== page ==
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News and Editorials
Security trouble with ssh. It turns out that there is a security vulnerability in ssh, for all versions derived from ssh-1.2.x (which wraps rcp inside of ssh), which bears watching. If a user employs scp to move files from a server that has been compromised, the operation can be used to replace arbitrary files on the user's system. The problem is made more serious by setuid versions of ssh which allow overwriting any file on the local (users) system. If the ssh program is not setuid or is setuid to someone other than root then the intrusion is limited to files with write access granted to the owner of the ssh program. In either case, files can be overwritten with code allowing others access to the system unexpectedly. For example, cron jobs that blindly execute scripts could be duped into opening a hole for an intruder if that script has been overwritten using the scp exploit.
Because this type of vulnerability can be used to open holes to root access, the arguments could be made that
Crist J. Clark posted a possible workaround for this problem: wrap the file transfer into a tar command, then check the resulting tar file for suspicous files:
It is an unpleasant problem and it affects both regular ssh and OpenSSH versions derived from the original ssh-1.2.x (and rcp too since this version of ssh just wraps around the rcp protocols). Since ssh-2.x uses a different protocol it does not suffer from this problem. Fixes are not yet available, but presumably will be in short order.$ ssh remote-host "tar cf -
Better than SYNcookies?.Steve Gibson's alternative to SYNcookies, known as Genesis (Gibson's ENcryption-Enhanced Spoofing Immunity System), might be a simple solution to DoS attacks. On his web site, Steve writes:
The elimination of Denial of Service (DoS) vulnerability from spoofed IP flooding requires that the Server defers any per-connection resource commitment until the Client's remote IP address has been "authenticated".
Steve's solution takes three parts:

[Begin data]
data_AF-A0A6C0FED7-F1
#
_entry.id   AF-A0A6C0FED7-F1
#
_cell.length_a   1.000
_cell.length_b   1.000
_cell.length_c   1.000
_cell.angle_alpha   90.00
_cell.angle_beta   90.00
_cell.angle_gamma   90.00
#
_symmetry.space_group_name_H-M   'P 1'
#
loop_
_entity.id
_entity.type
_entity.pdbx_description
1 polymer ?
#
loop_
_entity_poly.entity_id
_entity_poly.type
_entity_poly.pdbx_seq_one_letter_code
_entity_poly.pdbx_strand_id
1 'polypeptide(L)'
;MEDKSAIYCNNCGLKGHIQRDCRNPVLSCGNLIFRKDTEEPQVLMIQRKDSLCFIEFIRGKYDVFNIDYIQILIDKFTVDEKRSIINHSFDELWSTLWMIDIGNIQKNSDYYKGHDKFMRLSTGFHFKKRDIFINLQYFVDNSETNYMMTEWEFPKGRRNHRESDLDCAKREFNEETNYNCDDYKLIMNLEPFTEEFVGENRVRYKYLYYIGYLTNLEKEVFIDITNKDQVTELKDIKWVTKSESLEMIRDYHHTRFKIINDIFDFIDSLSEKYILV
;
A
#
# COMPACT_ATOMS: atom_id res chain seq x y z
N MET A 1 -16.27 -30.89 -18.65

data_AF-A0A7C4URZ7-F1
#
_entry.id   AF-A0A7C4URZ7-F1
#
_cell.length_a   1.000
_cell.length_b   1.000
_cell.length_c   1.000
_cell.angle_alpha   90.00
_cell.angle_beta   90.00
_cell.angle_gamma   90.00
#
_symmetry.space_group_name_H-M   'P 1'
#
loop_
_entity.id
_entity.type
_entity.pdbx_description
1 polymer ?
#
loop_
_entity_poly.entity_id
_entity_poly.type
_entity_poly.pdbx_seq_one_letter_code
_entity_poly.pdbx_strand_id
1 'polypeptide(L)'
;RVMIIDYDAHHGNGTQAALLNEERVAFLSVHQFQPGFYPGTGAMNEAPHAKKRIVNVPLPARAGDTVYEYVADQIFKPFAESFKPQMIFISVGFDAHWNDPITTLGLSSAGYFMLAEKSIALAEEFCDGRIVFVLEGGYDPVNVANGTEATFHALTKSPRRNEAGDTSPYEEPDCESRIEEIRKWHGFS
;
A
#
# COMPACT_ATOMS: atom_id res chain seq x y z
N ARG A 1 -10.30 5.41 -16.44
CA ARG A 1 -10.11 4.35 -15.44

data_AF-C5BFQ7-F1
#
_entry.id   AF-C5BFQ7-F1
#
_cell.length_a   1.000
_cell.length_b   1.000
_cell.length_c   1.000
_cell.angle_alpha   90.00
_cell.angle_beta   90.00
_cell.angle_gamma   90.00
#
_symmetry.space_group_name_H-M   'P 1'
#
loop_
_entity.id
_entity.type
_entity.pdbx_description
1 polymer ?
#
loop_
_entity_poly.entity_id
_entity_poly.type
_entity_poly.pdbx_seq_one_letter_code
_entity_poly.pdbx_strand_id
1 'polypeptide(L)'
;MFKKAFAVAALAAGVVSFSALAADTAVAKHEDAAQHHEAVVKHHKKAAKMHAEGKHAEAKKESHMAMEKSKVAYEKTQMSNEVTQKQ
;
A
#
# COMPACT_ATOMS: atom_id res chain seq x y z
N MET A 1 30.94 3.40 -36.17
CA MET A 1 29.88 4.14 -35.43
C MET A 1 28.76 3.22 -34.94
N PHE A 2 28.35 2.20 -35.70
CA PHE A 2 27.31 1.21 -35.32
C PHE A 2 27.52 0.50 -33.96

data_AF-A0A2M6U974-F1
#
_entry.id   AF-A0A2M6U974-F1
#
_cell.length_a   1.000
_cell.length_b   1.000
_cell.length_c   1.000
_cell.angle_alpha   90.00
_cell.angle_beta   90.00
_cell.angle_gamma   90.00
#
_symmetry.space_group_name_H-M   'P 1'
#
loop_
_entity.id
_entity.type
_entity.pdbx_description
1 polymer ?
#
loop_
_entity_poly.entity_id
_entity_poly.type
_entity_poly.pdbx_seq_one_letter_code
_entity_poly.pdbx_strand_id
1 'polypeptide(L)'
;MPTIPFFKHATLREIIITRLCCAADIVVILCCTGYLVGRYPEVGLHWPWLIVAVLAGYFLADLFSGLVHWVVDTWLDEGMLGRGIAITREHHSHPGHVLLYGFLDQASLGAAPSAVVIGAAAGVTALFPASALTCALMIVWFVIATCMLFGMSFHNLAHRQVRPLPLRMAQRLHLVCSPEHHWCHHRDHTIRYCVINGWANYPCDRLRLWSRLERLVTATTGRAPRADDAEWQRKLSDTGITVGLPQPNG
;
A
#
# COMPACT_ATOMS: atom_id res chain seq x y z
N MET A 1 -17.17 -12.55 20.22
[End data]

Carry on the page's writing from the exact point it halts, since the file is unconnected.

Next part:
In a letter to the Linux-Kernel and Linux-Net mailing lists, Dan Hollis quoted Steve as saying that the main difference between the two is that SYNcookies switches on and off, potentially causing valid packets to be rejected. Steve also says that SYNcookies breaks aspects of the TCP protocol but that Genesis does not.
The question was unresolved at the time of this writing, but because of the nature and effects of DoS attacks, we're sure to hear more about this issue in the future.
Slashcode default passwords.The Web site code provide by Slashdot that implements their system, known as slashcode, has been provided with default user and password entries for the administrative login. The INSTALL document provided with this code reminded administrators to change these prior to going live with their sites. This sound advice was, apparently, not followed by the Slashdot team itself, leaving the Slashdot site (via a test system on their network that they left connected to the internet) open to intrustion by a pair of clever if not overly destructive bandits. Oops.
c|net's News.com covered this story in a more mundane fashion."The hackers appear not to have done anything beyond posting a story trumpeting their achievement, and the site was never taken down because of the attack..."
Misuse of xhost.A report to BugTraq stated that Mandrake 7.1 bypasses Xauthority X session security by using the xhost command within the system wide Xsession file. A seperate posting stated that a similar problem existed for XFCE 3.5.1.
The xhost man page specifically states:
In the case of hosts, [this command] provides a rudimentary form of privacy control and security. It is only sufficient for a workstation (single user) environment, although it does limit the worst abuses. Environments which require more sophisticated measures should implement the user-based mechanism or use the hooks in the protocol for passing other authentication data to the server.